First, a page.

I was involved in some work on calculating and visualising this kind of
word/phrase frequency on a project a few years ago - this was based on
queries to a corpus indexed in ElasticSearch, and charting words/phrase
https://ukmhl.historicaltexts.jisc.ac.uk/ngram for an example - but
although it looks superficially similar it isn't anywhere close to as
sophisticated as the Google n-gram viewer.
You probably already know, but I think it's worth stating, that the
Google n-gram viewer (https://books.google.com/ngrams) is not simply
visualising the frequency of word/phrase occurrences, but the frequency
as a percentage of the frequency of all n-grams of the same size in the
corpus https://books.google.com/ngrams/info. The Google n-gram viewer
goes well beyond this as well, supporting ways of being more specific
(e.g. you can limit by part of speech, and by language of the texts
analysed). This suggests a sophisticated linguistic parsing of a large
corpus with the ability to answer complex questions quickly at a scale -
something we weren't able to do in our project.
In the project I was involved in, we are simply showing the percentage
of texts in the corpus in which a word appears, not the frequency as a
percentage of all same sized n-grams - which means our viewer is more
about reflecting general book topics than it is about linguistic
analysis. You can also see issues with the measurement at either end of
the graph where there seem to be spikes in usage - but this actually
reflects that the collection simply lacks large numbers of texts from
those years, which means a term only has to appear in a few books to get
a high percentage. Despite this, the tool is still useful (IMO) within
those constraints - in the example search it is possible to see that the
term "tubercolosis" rises in frequency, while the term "phthisis" (for
the same condition) drops off - a trend also shown by Google n-gram
Finally if you want to do more sophisticated analysis it may be worth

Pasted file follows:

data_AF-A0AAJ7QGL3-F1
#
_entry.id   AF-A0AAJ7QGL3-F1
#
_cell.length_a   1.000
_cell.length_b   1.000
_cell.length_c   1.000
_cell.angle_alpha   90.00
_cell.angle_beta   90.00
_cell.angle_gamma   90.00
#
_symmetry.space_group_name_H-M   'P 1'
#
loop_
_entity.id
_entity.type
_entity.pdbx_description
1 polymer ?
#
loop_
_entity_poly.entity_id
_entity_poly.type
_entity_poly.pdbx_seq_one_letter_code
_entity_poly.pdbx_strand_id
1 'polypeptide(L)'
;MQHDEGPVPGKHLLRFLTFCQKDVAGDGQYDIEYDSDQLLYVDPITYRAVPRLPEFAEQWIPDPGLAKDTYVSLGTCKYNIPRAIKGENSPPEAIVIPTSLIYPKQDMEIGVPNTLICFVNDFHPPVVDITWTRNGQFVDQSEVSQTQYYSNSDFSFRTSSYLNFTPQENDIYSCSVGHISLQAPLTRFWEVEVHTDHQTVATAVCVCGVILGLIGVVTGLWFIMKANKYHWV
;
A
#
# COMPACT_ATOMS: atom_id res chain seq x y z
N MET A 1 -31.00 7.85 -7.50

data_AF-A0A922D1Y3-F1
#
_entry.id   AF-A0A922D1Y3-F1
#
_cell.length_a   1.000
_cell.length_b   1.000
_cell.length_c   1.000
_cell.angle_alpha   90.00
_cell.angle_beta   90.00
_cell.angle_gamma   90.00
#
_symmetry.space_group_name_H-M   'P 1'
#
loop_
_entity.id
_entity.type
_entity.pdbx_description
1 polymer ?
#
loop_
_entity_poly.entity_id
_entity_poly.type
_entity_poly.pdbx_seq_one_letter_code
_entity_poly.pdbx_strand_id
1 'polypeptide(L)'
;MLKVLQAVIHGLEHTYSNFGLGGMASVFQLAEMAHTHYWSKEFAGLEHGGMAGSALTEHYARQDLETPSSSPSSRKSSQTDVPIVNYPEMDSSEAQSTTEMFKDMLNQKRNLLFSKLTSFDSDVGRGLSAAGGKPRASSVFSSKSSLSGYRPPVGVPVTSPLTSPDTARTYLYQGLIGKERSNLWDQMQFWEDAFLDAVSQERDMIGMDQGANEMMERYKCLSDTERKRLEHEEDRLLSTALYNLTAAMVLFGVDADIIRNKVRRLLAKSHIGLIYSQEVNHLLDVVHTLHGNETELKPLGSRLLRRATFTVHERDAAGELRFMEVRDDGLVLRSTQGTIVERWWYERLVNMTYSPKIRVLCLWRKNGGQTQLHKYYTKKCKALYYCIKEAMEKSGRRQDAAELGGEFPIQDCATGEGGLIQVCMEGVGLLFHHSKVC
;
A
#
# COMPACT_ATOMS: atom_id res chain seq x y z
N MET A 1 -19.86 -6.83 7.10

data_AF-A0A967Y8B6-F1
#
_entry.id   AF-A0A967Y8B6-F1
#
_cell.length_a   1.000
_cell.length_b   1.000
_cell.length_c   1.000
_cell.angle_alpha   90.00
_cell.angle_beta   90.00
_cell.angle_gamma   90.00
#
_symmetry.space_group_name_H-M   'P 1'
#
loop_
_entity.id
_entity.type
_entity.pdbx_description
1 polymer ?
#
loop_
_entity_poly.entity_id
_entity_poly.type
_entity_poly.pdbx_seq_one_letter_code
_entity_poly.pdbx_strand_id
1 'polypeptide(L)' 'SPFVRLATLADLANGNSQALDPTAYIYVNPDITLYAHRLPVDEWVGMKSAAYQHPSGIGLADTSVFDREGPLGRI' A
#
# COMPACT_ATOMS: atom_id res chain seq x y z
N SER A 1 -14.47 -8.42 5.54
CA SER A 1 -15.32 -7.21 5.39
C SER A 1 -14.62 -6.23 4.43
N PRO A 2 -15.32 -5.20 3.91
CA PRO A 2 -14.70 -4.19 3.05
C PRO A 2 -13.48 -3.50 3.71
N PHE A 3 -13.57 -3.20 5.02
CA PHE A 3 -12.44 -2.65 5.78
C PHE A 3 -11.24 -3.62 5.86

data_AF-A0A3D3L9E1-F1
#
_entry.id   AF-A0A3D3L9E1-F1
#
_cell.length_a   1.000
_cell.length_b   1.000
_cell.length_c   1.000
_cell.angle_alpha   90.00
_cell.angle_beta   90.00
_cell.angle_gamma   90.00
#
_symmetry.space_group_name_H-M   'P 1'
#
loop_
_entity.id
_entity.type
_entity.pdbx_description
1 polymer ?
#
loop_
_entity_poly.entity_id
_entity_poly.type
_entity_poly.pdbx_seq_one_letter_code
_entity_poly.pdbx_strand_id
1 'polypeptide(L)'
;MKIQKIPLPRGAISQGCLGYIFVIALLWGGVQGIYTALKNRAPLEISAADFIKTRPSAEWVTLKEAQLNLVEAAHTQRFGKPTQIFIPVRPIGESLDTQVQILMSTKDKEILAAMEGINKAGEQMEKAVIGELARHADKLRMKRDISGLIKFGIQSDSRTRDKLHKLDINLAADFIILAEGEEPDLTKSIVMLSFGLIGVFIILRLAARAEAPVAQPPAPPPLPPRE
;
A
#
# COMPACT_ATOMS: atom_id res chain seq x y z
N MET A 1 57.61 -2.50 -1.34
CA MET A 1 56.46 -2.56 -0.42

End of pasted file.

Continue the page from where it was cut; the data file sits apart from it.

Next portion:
looking at specialist tools - e.g. AntConc
Hope some of that is helpful
Fitchett, Deborah wrote on 08/11/2019 01:10:
> You might be interested in Chart.js (https://www.chartjs.org/) - it does the visualisation part, if you could do the search part.
> -----Original Message-----
> From: Code for Libraries <[log in to unmask]> On Behalf Of Vinit Kumar
> Sent: Thursday, 7 November 2019 6:17 PM
> To: [log in to unmask]
> Subject: [CODE4LIB] n-gram visualisation
> Dear Code4Libers,
> I have data with the following structure:
> ngrams 2009 2010 2011 2012 2013 2014 2015
> library 22 3 32 32 35 21 21
> technology 3 4 43 32 30 43 32
> and so on
> Is it possible to visualise this data in a similar manner as Google N-gram viewer displays? Wherein one can put the keyword in a search bar and the visualisation displays the year wise trend of that keyword in the corpus based on the above structured data.
> Any pointers or tools would be of help.
> Thanking you in anticipation.
> Vinit Kumar, Ph.D.
> Assistant Professor,
> Department of Library and Information Science Babasaheb Bhimrao Ambedkar University, Rae Bareilly Road, Lucknow, India 226025
> "The contents of this e-mail (including any attachments) may be confidential and/or subject to copyright. Any unauthorised use, distribution, or copying of the contents is expressly prohibited. If you have received this e-mail in error, please advise the sender by return e-mail or telephone and then delete this e-mail together with all attachments from your system."
Sent from Postbox <https://www.postbox-inc.com>